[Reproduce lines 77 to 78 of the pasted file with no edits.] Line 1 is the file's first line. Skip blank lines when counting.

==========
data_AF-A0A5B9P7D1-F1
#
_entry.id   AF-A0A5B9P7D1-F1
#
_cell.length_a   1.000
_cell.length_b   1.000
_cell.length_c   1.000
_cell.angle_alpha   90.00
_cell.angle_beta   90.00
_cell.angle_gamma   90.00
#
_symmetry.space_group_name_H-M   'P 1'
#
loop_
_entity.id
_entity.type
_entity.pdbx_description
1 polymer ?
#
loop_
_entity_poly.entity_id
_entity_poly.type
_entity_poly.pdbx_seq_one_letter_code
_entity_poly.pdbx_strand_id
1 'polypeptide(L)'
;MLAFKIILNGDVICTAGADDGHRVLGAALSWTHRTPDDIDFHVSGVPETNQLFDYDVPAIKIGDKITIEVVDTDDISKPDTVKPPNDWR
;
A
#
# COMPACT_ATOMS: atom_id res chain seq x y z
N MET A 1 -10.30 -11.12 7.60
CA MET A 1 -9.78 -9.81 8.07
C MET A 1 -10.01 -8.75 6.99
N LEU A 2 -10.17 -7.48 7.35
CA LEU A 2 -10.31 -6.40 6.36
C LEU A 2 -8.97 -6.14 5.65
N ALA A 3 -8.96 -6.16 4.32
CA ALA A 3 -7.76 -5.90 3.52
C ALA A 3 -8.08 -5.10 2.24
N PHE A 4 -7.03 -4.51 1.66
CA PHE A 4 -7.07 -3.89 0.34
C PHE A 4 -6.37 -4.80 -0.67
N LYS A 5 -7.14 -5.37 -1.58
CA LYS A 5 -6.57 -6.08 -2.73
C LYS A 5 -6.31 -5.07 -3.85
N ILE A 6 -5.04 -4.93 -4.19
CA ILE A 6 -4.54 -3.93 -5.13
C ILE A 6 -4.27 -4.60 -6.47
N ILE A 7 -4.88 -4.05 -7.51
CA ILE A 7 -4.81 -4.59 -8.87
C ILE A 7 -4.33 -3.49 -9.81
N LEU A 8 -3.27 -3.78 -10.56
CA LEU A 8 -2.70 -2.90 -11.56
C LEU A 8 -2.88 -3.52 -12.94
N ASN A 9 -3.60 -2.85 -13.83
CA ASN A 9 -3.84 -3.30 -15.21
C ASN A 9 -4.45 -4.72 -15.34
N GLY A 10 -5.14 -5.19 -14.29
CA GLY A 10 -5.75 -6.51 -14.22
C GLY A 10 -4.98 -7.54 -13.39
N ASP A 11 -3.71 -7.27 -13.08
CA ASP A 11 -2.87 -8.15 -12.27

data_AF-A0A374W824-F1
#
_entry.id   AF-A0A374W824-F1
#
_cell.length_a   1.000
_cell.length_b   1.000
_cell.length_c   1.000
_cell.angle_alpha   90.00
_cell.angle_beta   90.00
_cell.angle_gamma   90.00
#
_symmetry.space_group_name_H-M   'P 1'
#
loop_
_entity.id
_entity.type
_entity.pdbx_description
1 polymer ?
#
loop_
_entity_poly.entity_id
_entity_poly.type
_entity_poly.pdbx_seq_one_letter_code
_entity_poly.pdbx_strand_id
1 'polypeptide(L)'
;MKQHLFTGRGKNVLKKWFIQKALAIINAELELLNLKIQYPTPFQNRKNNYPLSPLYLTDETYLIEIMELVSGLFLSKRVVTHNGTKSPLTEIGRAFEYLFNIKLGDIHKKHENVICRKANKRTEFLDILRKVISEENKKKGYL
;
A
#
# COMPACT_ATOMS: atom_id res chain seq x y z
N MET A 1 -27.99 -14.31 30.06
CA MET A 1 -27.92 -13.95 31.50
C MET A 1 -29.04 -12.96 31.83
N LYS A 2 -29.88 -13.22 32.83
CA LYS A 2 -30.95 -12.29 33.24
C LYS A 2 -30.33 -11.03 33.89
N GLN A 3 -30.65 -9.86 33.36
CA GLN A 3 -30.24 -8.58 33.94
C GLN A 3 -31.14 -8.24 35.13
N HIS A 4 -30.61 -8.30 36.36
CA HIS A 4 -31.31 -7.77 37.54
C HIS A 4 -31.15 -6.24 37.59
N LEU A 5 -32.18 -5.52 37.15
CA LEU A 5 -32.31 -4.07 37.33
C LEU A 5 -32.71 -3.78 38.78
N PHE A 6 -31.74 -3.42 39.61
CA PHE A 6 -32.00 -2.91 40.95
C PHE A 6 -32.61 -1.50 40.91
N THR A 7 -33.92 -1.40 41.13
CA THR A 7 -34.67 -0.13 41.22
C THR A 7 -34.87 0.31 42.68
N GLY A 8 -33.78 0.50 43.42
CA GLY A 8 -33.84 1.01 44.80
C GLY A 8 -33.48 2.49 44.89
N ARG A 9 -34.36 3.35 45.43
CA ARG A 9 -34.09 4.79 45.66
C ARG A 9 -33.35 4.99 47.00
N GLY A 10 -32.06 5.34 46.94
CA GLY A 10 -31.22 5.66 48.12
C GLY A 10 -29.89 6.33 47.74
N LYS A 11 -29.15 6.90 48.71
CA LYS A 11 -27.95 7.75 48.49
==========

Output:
_entity.id
_entity.type